There have been multiple reports suggesting that the Marlins might continue their massive firesale by also unloading right-handed starter Ricky Nolasco.
And Nolasco has apparently been reading them.
Here’s Juan C. Rodriguez, who serves as the Marlins beat writer for the South Florida Sun-Sentinel:
Reached out to Ricky Nolasco to get his thoughts on the pending trade between the Marlins and Blue Jays that will send Josh Johnson, Mark Buehrle, Jose Reyes, John Buck and Emilio Bonifacio north. Via text, he politely declined. Couldn’t blame him.
“I’m next anyways,” Nolasco said.
The 29-year-old is owed $11.5 million in 2013 and wasn’t particularly sharp this past season, but the Fish should be able to find a suitor if they’re willing to eat some of that remaining money. Nolasco has averaged a reliable 190 innings per season since becoming a full-time major league starter back in 2008.
Following the Astros’ decisive 4-0 shutout over the Yankees on Saturday night, the team crowned ace Justin Verlander the Most Valuable Player of the American League Championship Series. Hall of Fame outfielder and former MLB manager Frank Robinson handed the award to Verlander, who was beaming as he thanked his teammates and members of the Astros’ organization.
“I’ve got to say, it came down to the wire, and one thing kept going off in my head was Dallas,” Verlander told the crowd gathered at Minute Maid Park. “When he called me, he said that I won’t regret my decision to join the Houston Astros. And here we are right now, it’s the best feeling in the world. We’ve got four more wins to win a World Series, and I do not regret my decision to come here. This is the best feeling a player can have. So, thank you.”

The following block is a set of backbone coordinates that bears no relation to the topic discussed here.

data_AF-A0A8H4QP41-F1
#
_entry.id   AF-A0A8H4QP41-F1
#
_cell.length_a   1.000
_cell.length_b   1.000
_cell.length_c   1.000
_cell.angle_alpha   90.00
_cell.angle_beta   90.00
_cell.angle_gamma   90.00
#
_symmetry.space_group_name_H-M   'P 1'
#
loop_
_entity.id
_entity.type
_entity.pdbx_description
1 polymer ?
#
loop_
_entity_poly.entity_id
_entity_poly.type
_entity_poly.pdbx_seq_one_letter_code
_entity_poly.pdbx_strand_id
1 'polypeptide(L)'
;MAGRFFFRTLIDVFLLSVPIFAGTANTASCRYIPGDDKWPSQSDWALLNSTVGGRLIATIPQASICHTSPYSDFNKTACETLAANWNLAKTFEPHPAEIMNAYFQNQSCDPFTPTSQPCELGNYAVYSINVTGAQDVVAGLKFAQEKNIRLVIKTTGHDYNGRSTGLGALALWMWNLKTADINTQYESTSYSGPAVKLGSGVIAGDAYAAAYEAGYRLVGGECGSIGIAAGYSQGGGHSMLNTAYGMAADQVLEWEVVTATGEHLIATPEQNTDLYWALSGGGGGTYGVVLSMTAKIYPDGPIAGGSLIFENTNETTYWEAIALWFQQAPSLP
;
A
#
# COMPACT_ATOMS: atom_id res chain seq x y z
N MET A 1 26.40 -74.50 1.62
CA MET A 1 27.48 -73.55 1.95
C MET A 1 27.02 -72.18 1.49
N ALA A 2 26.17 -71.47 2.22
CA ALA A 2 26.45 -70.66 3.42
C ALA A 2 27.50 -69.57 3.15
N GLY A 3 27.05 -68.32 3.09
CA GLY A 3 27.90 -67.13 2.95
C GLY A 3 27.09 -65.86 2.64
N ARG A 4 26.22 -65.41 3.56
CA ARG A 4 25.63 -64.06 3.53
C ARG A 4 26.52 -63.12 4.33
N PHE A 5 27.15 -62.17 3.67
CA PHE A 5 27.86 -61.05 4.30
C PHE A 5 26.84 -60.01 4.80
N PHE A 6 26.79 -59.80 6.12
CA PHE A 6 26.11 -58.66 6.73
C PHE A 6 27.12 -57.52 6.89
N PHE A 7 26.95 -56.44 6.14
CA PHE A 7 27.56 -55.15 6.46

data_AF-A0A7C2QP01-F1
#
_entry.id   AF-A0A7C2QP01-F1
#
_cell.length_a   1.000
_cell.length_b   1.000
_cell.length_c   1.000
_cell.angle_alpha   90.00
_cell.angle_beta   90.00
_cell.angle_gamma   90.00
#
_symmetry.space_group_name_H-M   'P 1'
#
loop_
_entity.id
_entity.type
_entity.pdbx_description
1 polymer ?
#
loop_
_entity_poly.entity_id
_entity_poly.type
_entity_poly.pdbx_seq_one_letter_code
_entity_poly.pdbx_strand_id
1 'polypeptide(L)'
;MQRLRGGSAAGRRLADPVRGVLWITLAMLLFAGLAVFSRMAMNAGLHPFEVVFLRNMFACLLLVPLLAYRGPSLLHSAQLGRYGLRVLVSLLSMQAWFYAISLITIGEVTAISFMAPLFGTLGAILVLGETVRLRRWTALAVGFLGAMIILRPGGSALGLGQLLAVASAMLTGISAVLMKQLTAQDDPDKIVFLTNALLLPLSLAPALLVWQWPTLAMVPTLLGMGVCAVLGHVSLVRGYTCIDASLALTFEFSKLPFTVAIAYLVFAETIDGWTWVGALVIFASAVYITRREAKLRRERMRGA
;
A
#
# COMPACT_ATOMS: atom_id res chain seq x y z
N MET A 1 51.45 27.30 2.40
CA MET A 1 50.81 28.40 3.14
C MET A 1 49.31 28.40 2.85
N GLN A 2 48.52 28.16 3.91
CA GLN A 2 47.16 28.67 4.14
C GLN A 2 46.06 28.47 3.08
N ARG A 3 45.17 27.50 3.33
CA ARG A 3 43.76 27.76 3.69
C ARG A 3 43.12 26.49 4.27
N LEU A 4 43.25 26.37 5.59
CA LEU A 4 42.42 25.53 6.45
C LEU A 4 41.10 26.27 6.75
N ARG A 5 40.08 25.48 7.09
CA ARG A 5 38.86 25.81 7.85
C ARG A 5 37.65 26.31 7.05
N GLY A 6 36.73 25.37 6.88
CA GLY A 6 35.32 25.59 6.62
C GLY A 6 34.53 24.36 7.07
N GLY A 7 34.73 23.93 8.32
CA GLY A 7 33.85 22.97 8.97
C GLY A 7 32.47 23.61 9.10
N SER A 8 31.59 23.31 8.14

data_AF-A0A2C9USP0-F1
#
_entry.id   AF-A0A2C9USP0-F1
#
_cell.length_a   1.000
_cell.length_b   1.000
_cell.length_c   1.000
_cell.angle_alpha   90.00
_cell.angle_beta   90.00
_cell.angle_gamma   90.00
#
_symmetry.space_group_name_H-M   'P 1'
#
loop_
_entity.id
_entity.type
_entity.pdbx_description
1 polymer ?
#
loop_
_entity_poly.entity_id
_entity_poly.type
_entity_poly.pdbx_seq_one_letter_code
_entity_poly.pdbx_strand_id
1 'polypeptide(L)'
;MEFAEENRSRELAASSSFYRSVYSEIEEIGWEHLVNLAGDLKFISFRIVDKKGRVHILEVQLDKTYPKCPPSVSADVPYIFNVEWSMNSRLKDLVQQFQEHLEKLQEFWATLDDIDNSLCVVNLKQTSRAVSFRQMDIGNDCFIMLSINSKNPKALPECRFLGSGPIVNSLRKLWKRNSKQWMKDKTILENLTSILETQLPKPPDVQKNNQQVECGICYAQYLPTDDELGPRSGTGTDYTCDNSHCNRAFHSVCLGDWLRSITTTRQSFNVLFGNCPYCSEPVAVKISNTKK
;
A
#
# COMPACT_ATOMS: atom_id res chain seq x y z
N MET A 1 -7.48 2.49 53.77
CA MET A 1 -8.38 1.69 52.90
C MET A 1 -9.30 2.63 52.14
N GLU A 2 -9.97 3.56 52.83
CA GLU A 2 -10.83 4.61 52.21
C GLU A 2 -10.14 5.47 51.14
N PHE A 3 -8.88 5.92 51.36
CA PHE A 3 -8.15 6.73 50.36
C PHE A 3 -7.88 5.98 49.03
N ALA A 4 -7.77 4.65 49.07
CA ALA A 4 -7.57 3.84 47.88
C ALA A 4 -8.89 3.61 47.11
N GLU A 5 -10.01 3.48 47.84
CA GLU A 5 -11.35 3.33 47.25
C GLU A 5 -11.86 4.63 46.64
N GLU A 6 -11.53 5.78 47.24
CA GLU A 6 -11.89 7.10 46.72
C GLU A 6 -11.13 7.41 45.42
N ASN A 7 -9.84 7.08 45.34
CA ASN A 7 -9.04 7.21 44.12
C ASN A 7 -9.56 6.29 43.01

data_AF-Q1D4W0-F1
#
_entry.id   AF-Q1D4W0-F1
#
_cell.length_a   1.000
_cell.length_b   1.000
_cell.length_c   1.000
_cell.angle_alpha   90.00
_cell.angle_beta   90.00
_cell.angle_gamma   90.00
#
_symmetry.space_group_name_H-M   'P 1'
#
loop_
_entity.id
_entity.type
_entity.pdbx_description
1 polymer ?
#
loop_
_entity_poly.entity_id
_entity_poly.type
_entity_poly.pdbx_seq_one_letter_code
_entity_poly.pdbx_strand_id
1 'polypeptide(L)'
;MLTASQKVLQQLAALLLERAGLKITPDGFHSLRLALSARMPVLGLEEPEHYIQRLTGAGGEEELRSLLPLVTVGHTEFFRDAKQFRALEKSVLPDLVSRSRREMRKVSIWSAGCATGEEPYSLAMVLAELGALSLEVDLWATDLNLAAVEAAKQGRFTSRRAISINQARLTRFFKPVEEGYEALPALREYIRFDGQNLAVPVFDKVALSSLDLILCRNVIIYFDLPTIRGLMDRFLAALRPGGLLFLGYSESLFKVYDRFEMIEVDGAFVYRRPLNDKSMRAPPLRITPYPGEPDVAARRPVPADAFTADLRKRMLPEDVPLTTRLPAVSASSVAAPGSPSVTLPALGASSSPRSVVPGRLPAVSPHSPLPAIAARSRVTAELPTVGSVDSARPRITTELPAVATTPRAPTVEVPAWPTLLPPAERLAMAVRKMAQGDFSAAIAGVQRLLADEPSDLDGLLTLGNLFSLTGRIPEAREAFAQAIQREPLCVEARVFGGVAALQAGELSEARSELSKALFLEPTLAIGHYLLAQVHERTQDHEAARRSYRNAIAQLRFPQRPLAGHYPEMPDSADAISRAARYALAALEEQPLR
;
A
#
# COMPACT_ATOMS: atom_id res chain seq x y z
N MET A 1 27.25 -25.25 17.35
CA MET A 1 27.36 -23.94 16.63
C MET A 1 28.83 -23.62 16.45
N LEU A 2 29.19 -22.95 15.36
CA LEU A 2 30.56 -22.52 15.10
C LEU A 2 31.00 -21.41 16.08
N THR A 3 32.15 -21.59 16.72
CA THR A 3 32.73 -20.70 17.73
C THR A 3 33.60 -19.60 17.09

Among a cast that boasted the likes of Jose Altuve, Carlos Correa and Dallas Keuchel, among others, Verlander was spectacular. He locked down a complete game win in Game 2, holding the Yankees to one run on five hits and a walk and striking out a postseason-high 13 batters. In Game 6, he saved the Astros from elimination with seven scoreless innings, helping propel the club to their eventual 7-1 finish that set up their series-clinching finale on Saturday.
The 34-year-old righty also took his place among some postseason greats. Thanks to an eight-strikeout outing on Friday night, his collective 136 postseason strikeouts are good for sixth-most in MLB playoff history, just a smidgen shy of Tom Glavine (143), Mike Mussina (145), Roger Clemens (173), Andy Pettitte (183) and John Smoltz (199). He also joined Bob Gibson, Curt Schilling and Sandy Koufax as one of just four hurlers to strike out 20+ Yankees in a postseason series.